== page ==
As working becomes more flexible and varied, the Good Work Plan aims to guarantee workers' protections, says Tina Chander.
01 April 2019 | Tina Chander
The government unveiled its Good Work Plan in December 2018 as a direct strategy to strengthen workers' rights and change employment laws.
Labelled "the biggest package of workplace reforms for over 20 years", the plan builds on the Taylor Review recommendations of February 2018 and outlines an intention to improve conditions for agency, zero-hour and other atypical workers.
Within this plan, the government commits to a wide range of policy and legislative changes, clarifying the relationship between employers and workers, while ensuring the enforcement system is fair and fit for purpose.
Requesting stable contracts
A major issue addressed is 'one-sided flexibility', which recognises some businesses have transferred too much business risk to the individual, affecting their financial security and personal well-being.
New legislation will give workers the right to request a more stable contract, so they can benefit from flexible working, without the financial uncertainty.
Those happy to work varied hours each week can do so, but others will be allowed to request a fixed working pattern after 26 weeks of service, giving workers greater control over their lives.
For those working on zero-hour contracts, this change will allow them to request a contract that guarantees a minimum number of weekly hours, which is crucial when looking to secure a mortgage.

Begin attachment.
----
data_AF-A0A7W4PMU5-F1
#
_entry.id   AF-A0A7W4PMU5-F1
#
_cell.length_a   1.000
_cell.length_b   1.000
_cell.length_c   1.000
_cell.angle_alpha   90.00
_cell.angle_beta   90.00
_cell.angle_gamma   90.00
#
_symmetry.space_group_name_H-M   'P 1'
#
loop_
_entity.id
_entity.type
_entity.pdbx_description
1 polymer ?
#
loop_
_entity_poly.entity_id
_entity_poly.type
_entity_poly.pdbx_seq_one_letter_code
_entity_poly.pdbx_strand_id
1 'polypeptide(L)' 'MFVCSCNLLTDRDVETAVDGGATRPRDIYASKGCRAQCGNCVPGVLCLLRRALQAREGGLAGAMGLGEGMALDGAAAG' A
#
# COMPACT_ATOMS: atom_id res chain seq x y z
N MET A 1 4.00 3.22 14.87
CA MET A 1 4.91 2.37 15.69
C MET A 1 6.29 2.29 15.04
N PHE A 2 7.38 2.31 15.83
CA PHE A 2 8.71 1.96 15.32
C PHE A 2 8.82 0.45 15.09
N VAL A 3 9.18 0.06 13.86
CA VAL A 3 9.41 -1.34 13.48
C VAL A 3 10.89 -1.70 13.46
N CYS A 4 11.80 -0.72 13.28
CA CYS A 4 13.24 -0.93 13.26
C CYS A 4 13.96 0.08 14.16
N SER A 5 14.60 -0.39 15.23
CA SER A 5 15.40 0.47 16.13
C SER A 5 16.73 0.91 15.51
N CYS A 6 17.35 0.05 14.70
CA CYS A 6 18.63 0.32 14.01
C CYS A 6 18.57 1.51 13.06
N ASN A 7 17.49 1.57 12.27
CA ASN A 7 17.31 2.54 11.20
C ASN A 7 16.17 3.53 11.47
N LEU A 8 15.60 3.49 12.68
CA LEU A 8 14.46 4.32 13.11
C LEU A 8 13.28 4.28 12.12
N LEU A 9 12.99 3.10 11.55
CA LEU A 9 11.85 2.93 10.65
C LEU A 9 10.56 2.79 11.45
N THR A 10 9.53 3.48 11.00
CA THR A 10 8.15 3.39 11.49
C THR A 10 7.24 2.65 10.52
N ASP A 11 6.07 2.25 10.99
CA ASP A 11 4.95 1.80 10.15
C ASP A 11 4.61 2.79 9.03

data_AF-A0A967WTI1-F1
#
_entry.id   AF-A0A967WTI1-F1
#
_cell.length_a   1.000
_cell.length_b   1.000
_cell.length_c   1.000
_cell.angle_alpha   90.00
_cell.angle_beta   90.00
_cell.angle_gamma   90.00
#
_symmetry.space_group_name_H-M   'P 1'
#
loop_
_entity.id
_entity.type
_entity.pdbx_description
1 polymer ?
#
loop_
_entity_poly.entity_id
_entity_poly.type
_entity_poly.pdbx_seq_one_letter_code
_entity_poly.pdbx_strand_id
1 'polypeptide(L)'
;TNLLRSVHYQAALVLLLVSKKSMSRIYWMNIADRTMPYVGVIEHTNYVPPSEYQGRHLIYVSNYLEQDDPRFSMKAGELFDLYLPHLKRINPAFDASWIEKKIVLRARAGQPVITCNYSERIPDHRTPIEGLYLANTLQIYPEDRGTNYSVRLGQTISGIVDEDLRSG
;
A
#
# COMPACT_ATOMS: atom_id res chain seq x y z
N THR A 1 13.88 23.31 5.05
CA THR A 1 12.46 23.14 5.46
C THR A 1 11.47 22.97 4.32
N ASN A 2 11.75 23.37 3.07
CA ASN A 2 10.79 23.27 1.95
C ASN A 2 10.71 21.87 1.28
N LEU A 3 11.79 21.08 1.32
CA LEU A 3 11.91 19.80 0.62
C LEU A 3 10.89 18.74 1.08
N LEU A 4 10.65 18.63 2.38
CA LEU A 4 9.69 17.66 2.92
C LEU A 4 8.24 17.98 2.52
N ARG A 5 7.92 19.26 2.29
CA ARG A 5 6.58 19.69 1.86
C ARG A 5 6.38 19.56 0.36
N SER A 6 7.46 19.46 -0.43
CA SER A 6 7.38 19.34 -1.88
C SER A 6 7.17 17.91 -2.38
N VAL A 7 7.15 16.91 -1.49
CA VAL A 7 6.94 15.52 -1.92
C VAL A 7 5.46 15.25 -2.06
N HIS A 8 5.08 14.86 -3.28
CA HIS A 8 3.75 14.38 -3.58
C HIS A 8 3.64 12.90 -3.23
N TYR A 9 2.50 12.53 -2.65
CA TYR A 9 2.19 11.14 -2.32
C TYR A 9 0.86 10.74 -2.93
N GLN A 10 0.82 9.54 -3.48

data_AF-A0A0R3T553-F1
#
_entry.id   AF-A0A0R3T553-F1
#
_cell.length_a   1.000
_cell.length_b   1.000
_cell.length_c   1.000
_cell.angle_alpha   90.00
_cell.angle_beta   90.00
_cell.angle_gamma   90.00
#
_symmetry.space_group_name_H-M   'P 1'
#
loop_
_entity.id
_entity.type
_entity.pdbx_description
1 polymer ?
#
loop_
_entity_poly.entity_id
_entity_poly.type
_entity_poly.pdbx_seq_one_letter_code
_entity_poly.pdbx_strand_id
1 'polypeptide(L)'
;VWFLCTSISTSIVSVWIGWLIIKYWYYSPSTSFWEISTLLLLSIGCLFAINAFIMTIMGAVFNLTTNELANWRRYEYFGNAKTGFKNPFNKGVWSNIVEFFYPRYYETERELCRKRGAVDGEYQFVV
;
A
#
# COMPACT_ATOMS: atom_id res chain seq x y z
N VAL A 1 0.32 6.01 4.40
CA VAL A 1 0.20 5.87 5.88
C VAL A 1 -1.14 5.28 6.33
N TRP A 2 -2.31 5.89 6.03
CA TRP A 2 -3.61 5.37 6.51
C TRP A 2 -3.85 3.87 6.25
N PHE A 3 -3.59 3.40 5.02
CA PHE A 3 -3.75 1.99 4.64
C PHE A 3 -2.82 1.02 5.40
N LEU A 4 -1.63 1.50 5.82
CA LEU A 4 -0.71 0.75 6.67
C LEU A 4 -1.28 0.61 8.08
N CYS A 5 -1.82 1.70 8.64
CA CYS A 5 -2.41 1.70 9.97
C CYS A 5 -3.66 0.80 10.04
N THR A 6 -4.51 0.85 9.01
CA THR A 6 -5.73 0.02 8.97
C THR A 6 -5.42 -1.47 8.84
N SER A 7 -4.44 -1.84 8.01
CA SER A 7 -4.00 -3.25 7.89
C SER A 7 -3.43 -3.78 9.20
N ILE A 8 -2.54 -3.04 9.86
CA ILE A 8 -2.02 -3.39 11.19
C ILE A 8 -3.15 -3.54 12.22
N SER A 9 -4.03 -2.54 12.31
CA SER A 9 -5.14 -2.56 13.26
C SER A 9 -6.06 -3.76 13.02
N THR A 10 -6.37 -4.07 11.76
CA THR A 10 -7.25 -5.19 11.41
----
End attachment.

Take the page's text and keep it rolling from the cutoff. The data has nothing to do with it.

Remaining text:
Repealing Swedish derogation
The Good Work Plan also addresses Swedish derogation, which currently allows agency workers to exchange their right to be paid equally to permanent counterparts in return for a contract guaranteeing pay between assignments.
Although the original intentions of Swedish derogation were to offer reassurance that individuals would still earn during quieter periods, some employers have been using this opt-out to reduce the size of their pay bill.
Nowadays it is unusual for agency workers to have gaps between assignments, and in some cases, employers have devised schemes to keep their exposure to a minimum contrary to the requirements.
The government aims to repeal Swedish derogation with new legislation, banning the use of this type of contract to withhold equal pay rights. Instead, long-term agency workers will receive equal wages to permanent employees.
Tougher enforcement measures
The government plans to extend state enforcement for vulnerable workers, introducing tough financial penalties and an approach that already applies to underpayment of the national minimum wage.
This involves increasing enforcement protections for agency workers where
they have pay withheld or unclear deductions made, while new legislation will increase the maximum penalty imposed during employment tribunals on the grounds of aggravated breach.
These proposed changes would significantly change the enforcement landscape, naming and shaming employers who fail to pay tribunal awards on time and making workers aware of the rights they have.
Make sure to be prepared for the future
With the arrival of the Good Work Plan and continuing consultation on employment laws and legislation, 2019 will be a crucial year for businesses and workers alike.
This demonstrates clear intent by the government to look for new ways to improve the relationship between employers and employees through the implementation of legislation and tougher regulations.
Now is the perfect time to review the proposed changes and understand the requirements in greater detail, as non-compliance could cost organisations financially and damage their reputation.
If you're unsure about the Good Work Plan and wider developments, it is important to consult a legal team with significant experience of employment law and the imminent changes.
Tina Chander is a partner and head of the employment team at law firm Wright Hassall